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Community gardens aren’t just allotments — they’re urban farms, great places to share gardening skills and crops.
Keep all of your tools performing at their best.
When designing your garden, the goal should be to achieve a harmonious balance between evergreens, deciduous and perennial plants.
Since I garden in mild-climate California, we have so many opportunities to incorporate plants that will stay beautiful nearly year-round, but it’s important not to forget the beauty of deciduous plants as well. I meet lots of folks who would rather have a plant that stays green 365-days a year than one that will go dormant in the winter, for fear of the gaping hole it’ll leave in their garden.
However, with a little creative placement you can avoid the ‘black hole’ syndrome by surrounding the deciduous plant with those that are evergreen.
Hakone grass (Hakonechloa macra ‘Aureola’) is one of my very favorite deciduous plants to use, as it adds so much to a garden. It takes a few years to grow to full size (2x2), but once it does – look out! Starting in spring, slender chartreuse blades of grass begin to quickly emerge. By the time summer arrives, it’s in its full glory at the front of a border.
The blades of grass resemble a cascading waterfall, and with each gentle breeze they gently sway in the wind adding the feeling of movement to the garden.
Once colder temperatures hit, the chartreuse color quickly turns to gold, adding much needed fall color to the garden.
When winter has firmly made its presence known, you can enjoy the brown color for awhile, however you’ll need to prune them soon before strong winds blow the blades to kingdom come, making a mess of your garden.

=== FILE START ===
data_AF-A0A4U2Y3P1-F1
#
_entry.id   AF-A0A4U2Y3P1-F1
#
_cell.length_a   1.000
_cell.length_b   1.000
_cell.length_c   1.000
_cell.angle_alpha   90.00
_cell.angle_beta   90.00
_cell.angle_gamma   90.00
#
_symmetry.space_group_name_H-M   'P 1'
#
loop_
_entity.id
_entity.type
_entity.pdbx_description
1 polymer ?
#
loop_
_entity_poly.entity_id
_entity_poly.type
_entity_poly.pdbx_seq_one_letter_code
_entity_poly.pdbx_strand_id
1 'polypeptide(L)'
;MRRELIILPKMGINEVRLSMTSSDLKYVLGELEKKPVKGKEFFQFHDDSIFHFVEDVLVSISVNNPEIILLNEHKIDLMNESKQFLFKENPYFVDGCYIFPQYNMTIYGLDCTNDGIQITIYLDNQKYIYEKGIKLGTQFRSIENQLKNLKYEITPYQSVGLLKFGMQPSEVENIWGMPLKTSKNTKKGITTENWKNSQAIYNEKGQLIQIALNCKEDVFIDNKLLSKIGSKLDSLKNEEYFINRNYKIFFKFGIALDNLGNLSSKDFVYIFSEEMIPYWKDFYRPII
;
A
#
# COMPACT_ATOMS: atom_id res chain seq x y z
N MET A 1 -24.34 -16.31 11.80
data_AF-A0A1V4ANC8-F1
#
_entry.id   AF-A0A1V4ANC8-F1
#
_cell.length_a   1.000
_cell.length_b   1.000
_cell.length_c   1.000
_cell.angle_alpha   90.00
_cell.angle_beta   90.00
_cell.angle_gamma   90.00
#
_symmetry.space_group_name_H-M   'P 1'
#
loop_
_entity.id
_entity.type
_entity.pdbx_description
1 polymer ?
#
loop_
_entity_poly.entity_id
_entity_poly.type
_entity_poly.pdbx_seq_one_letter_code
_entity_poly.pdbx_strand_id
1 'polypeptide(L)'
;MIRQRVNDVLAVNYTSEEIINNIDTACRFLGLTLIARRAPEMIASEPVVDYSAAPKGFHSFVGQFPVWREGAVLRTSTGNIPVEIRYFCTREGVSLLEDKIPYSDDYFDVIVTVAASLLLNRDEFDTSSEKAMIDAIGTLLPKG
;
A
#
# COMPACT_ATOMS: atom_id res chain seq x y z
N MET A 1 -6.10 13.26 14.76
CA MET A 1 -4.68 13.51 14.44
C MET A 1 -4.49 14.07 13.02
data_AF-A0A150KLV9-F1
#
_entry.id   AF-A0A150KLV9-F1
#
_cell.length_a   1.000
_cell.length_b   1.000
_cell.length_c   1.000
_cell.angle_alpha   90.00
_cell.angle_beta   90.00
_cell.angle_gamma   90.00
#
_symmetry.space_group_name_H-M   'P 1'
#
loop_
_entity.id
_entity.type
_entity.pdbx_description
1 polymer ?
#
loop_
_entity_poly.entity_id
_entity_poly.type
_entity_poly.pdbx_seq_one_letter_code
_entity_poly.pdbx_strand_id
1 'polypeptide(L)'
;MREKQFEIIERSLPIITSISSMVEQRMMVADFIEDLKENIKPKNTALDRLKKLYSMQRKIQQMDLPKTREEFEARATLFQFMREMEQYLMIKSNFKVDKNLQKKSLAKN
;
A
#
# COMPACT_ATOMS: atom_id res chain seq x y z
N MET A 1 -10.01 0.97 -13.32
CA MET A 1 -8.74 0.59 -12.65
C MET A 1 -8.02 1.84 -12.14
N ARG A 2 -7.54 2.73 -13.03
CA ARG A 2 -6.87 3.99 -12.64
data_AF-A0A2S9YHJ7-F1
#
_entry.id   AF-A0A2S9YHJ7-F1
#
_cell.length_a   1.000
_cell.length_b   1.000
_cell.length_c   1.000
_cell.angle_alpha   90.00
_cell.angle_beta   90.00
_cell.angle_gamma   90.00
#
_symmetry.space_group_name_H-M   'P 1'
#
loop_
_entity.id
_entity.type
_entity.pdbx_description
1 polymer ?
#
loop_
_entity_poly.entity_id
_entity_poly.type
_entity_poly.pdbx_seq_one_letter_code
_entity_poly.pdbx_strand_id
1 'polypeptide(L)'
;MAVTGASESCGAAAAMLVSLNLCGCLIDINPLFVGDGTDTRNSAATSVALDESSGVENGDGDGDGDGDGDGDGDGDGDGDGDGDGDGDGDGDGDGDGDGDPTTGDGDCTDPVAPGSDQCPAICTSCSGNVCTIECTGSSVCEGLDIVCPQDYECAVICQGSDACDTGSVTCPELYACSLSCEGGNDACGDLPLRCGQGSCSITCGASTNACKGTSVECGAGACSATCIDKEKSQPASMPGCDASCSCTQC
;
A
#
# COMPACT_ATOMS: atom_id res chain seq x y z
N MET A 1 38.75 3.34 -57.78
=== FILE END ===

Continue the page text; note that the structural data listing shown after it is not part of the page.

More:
When pruning the grass, cut it down to about _-inch from the ground, careful not to cut any new growth that might be emerging (this plant doesn’t stay dormant for long!) One of my favorite tools to make quick work of this task is the Fiskar’s PowerGear Hedge Shear. It’s really lightweight, yet surprisingly sharp, so I’m able to finish pruning in less than 15 minutes.
Now that the grass is all tucked away for winter, you may be thinking I’d have a hole in my garden bed. However, it still looks pretty good, since I’ve surrounded the grass with plants that stay green and hold their shape year-round.
In this instance, I’ve used ferns, camellias, cranesbill geranium, senecio greyii and a large cestrum newelii to carry the garden through until spring. However, you’ll also notice I placed a willow garden tuteur to help fill in the empty spot. When the grass grows back again, I’ll move this ornament to another spot in my garden.
When using deciduous plants, if you remember to include garden ornaments, evergreen plants and even temporary artwork to help ‘fill in the blank’ during your garden’s downtime, your garden will continue to delight throughout the year.